‘We’re in a ‘good place’, insists Leeds United coach Christiansen

Have your say

TO THE uninitiated, which Thomas Christiansen was before June, Barnsley away can look like one of Leeds United’s more winnable games. In practice, too many visits to Oakwell have ended in acrimony and recrimination involving those in his job.

Gritty and unpretentious, with a tunnel which forces players and managers to walk within throwing distance of its steep away end, Barnsley’s stadium has a knack of bringing the worst out of Leeds. Neil Warnock lost his grip there in 2013, on a cold January day. Simon Grayson was lucky to leave with his job intact after a 4-1 defeat a year earlier. Last season, with Garry Monk in charge, it was Oakwell where a seven-match unbeaten run ended after Christmas.

The history of this game tells Christiansen that United’s third game in seven days should be as difficult as the others in its own way, irrespective of the Championship table painting a different picture.

Leeds beat the division’s pre-season title favourites in Middlesbrough last Sunday and were run ragged by league leaders Wolverhampton Wanderers at Molineux on Wednesday. Barnsley, in 17th place, cut a different standard of opposition but Leeds have been lured into that sense of security before.

United’s schedule in the past week has honed Christiansen’s focus on the tricky derby ahead of him. His squad played 24 hours later than Barnsley in midweek and arrived back from Wolves at 2am on Thursday morning.

An early kick-off this afternoon, accommodating a live Sky broadcast, trimmed down their recovery time further. Six points from the nine on offer this week would therefore feel to Christiansen like a good return. “I would have taken it before, knowing these three games,” he said. “But first we have to take these three points. Then we can talk.”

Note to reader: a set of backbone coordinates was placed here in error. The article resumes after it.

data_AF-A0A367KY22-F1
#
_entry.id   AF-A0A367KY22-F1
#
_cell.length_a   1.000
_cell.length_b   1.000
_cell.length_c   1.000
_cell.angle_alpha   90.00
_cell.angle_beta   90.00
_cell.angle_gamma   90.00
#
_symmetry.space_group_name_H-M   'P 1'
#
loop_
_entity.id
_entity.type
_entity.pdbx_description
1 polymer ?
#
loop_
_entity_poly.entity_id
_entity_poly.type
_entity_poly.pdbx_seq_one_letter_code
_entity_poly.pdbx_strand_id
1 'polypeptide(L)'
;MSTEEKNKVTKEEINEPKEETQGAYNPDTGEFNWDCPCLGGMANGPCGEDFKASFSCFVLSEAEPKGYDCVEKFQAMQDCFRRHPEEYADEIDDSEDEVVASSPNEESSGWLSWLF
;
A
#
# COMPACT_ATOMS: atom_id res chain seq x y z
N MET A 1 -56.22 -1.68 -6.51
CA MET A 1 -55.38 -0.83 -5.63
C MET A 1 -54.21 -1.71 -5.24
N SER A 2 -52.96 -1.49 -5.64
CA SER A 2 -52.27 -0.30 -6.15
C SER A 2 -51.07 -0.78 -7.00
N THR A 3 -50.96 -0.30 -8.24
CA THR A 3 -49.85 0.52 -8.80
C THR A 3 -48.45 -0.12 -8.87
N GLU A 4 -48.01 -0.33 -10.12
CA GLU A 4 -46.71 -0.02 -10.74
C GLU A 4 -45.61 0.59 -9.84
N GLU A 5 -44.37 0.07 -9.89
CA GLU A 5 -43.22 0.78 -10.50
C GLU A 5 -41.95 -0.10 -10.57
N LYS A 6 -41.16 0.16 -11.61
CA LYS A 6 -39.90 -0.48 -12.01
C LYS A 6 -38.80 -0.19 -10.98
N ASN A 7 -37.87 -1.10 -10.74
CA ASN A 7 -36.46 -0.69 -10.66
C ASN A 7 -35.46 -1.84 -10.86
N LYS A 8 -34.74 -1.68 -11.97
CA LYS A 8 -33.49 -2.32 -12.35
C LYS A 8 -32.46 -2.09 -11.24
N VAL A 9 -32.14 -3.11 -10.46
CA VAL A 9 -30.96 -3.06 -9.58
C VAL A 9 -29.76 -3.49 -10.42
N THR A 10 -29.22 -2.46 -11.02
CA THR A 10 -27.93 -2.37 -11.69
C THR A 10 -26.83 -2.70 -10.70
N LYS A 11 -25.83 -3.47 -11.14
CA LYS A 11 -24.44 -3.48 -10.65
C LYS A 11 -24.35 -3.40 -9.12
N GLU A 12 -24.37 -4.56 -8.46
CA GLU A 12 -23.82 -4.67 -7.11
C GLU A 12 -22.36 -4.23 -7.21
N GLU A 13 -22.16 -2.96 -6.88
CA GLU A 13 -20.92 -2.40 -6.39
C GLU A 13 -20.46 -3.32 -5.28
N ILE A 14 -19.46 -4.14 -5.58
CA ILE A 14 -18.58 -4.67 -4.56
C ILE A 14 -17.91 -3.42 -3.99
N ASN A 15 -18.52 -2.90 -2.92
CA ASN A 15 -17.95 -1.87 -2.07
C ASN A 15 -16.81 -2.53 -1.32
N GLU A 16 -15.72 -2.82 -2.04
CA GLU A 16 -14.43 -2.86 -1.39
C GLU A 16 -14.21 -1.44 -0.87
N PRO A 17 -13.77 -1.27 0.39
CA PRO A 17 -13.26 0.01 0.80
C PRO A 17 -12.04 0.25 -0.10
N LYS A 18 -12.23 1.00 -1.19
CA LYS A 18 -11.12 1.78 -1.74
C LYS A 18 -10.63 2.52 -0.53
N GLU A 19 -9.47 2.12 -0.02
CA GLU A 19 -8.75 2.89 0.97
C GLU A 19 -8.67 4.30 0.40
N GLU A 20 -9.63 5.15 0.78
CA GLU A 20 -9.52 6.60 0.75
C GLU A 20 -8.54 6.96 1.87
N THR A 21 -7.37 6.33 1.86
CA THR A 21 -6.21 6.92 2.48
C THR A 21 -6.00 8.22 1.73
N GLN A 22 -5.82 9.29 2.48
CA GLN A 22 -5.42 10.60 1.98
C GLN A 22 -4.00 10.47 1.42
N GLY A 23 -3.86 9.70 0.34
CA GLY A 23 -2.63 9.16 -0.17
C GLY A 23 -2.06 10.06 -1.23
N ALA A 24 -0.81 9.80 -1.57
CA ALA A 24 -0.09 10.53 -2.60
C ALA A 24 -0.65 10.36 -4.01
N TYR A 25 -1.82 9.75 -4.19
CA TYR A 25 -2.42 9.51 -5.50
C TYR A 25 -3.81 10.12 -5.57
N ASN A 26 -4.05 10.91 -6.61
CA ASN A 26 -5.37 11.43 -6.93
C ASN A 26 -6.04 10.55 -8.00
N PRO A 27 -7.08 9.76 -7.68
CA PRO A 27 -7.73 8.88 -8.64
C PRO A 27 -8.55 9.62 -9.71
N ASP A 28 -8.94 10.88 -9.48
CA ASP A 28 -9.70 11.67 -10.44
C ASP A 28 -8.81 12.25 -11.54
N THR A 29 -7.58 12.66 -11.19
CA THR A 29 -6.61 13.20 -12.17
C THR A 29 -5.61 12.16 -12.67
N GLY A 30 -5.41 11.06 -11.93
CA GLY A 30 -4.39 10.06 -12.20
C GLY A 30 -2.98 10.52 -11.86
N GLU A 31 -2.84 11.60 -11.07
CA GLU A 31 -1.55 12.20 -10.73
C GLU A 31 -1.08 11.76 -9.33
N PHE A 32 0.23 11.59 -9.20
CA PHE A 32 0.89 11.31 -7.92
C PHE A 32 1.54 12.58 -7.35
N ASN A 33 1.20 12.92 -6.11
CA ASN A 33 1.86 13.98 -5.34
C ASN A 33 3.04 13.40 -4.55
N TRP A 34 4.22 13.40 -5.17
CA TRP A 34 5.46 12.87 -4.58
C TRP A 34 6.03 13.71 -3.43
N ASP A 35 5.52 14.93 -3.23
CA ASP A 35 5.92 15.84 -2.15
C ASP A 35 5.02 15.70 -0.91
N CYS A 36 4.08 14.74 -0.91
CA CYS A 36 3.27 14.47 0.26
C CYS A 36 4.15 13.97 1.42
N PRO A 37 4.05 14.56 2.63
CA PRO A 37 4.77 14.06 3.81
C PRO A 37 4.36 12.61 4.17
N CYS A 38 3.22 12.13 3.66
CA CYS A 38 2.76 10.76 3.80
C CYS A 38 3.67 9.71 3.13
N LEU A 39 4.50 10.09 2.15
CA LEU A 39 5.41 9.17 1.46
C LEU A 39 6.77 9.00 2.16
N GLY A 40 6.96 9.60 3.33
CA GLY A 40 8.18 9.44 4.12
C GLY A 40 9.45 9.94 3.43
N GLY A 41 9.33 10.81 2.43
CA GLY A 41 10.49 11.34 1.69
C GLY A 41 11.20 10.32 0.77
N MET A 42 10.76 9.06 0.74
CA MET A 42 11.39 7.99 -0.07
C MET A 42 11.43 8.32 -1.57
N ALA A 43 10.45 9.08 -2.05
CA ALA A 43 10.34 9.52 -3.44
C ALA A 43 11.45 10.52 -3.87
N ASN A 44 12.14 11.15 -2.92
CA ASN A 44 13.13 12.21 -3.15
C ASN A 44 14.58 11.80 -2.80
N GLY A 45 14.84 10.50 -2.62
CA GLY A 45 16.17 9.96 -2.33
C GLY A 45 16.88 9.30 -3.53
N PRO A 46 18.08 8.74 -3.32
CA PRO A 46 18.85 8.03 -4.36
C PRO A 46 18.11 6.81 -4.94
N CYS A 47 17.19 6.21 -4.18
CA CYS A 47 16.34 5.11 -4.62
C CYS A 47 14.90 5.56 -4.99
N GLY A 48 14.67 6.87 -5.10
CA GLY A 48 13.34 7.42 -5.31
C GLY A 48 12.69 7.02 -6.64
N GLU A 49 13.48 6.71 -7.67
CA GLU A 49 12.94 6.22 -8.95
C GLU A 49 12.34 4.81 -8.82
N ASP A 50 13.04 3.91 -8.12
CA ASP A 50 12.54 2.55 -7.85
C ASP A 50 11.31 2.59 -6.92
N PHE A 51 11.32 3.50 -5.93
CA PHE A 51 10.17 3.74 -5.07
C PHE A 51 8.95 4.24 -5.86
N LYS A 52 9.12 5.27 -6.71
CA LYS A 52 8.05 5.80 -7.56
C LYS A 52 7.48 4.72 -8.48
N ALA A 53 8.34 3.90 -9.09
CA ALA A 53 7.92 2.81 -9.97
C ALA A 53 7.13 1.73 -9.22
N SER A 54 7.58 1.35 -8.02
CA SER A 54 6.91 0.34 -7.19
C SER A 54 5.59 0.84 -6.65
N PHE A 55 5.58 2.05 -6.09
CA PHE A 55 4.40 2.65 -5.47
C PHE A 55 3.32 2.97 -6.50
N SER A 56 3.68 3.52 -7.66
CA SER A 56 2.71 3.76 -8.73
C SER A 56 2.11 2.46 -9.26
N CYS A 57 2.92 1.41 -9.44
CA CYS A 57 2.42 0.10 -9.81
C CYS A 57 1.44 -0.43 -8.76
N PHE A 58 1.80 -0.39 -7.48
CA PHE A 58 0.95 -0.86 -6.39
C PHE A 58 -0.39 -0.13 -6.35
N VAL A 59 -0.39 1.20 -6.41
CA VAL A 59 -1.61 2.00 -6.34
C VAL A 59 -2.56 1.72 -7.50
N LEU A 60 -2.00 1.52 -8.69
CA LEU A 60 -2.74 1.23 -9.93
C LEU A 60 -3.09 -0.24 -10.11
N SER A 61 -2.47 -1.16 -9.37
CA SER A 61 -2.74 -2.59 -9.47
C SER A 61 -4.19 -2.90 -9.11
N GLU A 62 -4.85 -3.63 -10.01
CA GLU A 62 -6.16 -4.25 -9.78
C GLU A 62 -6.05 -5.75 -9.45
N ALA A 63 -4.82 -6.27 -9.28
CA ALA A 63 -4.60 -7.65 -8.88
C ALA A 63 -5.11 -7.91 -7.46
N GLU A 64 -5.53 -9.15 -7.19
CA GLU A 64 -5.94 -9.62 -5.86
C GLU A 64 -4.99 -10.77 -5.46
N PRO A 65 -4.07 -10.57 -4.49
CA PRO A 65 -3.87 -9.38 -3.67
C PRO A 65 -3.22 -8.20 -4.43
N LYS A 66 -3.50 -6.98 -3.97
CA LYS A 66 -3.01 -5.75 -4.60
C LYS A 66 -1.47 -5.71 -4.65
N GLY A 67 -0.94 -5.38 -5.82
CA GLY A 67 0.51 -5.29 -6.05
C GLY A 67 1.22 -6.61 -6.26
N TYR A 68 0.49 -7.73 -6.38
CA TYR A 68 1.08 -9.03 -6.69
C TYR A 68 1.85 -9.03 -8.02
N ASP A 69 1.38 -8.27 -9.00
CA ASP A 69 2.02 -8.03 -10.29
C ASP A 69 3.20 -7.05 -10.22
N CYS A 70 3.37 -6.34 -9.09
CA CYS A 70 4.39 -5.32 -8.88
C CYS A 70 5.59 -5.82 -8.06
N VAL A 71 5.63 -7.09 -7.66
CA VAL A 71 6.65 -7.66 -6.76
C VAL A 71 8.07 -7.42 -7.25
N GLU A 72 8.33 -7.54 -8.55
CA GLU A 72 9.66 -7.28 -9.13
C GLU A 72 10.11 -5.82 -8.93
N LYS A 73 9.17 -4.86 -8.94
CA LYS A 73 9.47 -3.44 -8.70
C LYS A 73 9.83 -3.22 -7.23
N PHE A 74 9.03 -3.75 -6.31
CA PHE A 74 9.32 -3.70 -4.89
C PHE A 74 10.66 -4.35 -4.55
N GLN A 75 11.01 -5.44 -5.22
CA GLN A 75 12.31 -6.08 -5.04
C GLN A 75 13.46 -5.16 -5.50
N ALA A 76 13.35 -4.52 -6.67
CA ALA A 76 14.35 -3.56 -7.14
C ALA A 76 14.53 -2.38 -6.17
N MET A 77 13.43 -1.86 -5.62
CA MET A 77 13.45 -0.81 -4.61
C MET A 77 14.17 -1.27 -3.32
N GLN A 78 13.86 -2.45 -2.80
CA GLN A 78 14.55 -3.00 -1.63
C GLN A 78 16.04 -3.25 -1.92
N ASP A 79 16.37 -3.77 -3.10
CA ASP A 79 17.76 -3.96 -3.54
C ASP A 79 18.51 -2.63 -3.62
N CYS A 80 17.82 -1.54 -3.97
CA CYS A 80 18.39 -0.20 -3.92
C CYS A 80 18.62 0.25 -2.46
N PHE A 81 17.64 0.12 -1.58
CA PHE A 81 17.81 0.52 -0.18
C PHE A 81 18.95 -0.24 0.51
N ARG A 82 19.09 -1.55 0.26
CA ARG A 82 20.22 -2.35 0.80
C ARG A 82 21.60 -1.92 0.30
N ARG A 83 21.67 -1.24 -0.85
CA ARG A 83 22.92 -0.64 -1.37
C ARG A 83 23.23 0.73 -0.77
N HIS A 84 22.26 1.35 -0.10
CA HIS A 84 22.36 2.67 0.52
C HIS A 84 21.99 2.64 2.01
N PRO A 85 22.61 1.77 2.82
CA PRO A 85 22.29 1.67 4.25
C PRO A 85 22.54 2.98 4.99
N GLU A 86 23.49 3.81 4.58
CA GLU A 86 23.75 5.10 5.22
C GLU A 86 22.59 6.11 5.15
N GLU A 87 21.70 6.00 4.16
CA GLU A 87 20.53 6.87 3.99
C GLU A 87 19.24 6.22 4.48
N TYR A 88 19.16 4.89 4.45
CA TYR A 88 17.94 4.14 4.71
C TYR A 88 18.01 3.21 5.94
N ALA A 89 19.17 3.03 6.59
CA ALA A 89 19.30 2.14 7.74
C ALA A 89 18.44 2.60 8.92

Thomas Christiansen.

Thomas Christiansen.

Three points is the margin between Leeds and sixth place; an exhibit of the rate at which the club have gone backwards since heading the field in mid-September but proof of how close Christiansen’s side are to the play-off positions, despite dropping 27 of the last 33 points they have played for.

Those results, with the exception of victories over Middlesbrough and Bristol City, sit uncomfortably with Christiansen but he has not revised his view that his squad are in a good state. Even after Wednesday’s 4-1 loss at Molineux, the 44-year-old described himself as “happy”.

“It’s a good situation,” he said. “If I look back to all the defeats we’ve had I will not be satisfied at all but in general, the situation is that we are there. If we take these three points then I think we’ve done good. There are many new people here, everything is new. It’s a new project and we’re all working to get it going as soon as possible.

“I’m working with Victor (Orta, Leeds’ sporting director) and Andrea (Radrizzani, Leeds’ owner) to see what we can do to improve. It’s our job to make it as good as possible for the players and then we have to reply on the pitch – me, being responsible for the team, and the players also.